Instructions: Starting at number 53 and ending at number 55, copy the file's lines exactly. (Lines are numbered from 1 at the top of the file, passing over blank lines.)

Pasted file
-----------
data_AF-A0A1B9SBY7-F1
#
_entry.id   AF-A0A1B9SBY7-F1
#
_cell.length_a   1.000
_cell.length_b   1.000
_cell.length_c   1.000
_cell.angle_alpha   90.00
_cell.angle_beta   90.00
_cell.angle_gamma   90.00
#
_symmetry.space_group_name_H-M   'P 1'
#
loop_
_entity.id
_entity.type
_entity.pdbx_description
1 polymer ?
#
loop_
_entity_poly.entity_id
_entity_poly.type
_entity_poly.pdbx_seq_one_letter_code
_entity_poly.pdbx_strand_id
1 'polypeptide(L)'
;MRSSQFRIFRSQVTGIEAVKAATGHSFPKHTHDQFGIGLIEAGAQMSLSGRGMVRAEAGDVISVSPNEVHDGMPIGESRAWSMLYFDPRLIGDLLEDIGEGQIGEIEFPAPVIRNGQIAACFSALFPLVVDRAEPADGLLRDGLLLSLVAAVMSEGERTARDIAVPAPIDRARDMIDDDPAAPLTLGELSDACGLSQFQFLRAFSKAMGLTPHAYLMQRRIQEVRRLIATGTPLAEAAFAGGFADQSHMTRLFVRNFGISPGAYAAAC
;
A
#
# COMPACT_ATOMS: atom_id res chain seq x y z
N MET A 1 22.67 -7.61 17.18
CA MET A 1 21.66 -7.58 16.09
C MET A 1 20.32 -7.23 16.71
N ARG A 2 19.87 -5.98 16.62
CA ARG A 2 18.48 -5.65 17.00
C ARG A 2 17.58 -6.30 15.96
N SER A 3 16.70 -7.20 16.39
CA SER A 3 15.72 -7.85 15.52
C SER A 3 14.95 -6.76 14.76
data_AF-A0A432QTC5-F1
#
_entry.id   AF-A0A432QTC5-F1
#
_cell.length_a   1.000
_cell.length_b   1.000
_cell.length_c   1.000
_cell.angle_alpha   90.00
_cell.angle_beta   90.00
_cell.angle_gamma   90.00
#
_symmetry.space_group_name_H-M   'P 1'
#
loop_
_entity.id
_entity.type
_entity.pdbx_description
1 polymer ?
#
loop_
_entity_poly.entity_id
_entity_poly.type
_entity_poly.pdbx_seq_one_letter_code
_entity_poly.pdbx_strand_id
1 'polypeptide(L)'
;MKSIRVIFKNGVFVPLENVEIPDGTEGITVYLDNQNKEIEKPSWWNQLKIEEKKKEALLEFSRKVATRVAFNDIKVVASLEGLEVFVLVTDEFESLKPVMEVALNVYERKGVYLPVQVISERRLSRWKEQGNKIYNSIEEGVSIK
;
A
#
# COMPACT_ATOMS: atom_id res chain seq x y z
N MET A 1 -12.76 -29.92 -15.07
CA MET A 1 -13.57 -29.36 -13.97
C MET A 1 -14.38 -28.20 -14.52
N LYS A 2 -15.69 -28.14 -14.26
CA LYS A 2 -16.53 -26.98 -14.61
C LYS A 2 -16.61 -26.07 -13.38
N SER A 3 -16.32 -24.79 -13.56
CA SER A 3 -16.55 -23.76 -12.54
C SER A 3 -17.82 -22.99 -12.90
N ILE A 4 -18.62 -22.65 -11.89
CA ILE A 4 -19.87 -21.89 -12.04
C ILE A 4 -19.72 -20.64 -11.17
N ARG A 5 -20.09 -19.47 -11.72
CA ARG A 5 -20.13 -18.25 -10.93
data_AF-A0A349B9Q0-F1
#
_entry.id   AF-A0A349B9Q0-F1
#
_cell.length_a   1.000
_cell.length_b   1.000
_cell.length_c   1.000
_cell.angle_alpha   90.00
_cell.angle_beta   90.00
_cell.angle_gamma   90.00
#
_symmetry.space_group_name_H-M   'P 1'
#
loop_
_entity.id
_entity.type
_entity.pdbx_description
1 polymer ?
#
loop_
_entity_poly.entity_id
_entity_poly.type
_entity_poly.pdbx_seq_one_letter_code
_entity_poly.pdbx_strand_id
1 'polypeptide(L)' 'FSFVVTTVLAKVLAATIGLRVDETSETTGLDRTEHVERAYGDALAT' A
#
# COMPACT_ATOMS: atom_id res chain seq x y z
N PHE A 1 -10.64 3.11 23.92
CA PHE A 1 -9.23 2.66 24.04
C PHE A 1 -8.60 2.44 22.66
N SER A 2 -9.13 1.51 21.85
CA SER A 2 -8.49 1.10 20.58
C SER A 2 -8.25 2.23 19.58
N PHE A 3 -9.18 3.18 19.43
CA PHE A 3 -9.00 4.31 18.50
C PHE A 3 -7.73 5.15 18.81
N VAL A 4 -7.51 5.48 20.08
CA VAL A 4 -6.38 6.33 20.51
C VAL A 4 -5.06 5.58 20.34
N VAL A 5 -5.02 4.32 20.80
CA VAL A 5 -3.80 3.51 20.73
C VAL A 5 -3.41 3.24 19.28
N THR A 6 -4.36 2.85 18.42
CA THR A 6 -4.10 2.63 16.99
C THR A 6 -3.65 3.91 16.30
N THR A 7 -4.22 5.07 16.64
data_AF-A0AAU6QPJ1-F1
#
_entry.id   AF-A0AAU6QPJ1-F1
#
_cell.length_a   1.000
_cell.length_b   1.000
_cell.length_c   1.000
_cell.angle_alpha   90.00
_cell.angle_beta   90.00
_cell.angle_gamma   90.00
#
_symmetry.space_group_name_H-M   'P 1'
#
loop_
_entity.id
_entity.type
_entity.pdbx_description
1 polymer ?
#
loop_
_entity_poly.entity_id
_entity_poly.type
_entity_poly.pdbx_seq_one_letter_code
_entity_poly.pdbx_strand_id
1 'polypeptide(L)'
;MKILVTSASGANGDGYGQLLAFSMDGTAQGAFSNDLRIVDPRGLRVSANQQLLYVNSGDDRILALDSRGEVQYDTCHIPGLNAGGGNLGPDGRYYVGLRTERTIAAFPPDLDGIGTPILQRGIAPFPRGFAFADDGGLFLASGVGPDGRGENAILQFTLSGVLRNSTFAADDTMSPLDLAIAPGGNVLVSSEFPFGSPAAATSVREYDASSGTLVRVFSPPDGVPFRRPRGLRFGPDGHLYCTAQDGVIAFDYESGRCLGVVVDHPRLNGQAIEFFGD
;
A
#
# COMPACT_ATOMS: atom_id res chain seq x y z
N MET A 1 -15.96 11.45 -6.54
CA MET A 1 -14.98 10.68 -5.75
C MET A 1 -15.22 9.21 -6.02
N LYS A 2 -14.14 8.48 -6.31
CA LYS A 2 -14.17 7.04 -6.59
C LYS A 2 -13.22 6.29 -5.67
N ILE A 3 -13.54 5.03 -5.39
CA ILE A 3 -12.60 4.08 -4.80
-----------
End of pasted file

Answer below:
loop_
_entity.id
_entity.type